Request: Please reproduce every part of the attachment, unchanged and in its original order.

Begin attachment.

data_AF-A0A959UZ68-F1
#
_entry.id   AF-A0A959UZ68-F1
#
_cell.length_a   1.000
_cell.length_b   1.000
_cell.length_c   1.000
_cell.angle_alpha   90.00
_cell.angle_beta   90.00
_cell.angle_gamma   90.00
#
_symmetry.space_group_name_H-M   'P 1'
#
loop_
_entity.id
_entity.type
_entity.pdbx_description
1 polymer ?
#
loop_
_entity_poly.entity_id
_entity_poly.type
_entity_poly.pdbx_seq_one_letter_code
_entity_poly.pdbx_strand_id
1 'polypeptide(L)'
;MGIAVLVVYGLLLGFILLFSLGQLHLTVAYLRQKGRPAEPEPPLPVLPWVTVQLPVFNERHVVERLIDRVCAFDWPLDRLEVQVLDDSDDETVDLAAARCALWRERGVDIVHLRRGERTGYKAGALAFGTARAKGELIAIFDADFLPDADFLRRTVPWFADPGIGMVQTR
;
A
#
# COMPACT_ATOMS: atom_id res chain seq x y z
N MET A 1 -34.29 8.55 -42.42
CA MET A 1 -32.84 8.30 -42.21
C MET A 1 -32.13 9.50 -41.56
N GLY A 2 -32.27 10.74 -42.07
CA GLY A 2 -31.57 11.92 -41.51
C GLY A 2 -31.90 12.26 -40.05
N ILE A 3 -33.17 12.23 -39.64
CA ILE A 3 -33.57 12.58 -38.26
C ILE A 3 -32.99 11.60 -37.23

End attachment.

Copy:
data_AF-A0A959UZ68-F1
#
_entry.id   AF-A0A959UZ68-F1
#
_cell.length_a   1.000
_cell.length_b   1.000
_cell.length_c   1.000
_cell.angle_alpha   90.00
_cell.angle_beta   90.00
_cell.angle_gamma   90.00
#
_symmetry.space_group_name_H-M   'P 1'
#
loop_
_entity.id
_entity.type
_entity.pdbx_description
1 polymer ?
#
loop_
_entity_poly.entity_id
_entity_poly.type
_entity_poly.pdbx_seq_one_letter_code
_entity_poly.pdbx_strand_id
1 'polypeptide(L)'
;MGIAVLVVYGLLLGFILLFSLGQLHLTVAYLRQKGRPAEPEPPLPVLPWVTVQLPVFNERHVVERLIDRVCAFDWPLDRLEVQVLDDSDDETVDLAAARCALWRERGVDIVHLRRGERTGYKAGALAFGTARAKGELIAIFDADFLPDADFLRRTVPWFADPGIGMVQTR
;
A
#
# COMPACT_ATOMS: atom_id res chain seq x y z
N MET A 1 -34.29 8.55 -42.42
CA MET A 1 -32.84 8.30 -42.21
C MET A 1 -32.13 9.50 -41.56
N GLY A 2 -32.27 10.74 -42.07
CA GLY A 2 -31.57 11.92 -41.51
C GLY A 2 -31.90 12.26 -40.05
N ILE A 3 -33.17 12.23 -39.64
CA ILE A 3 -33.57 12.58 -38.26
C ILE A 3 -32.99 11.60 -37.23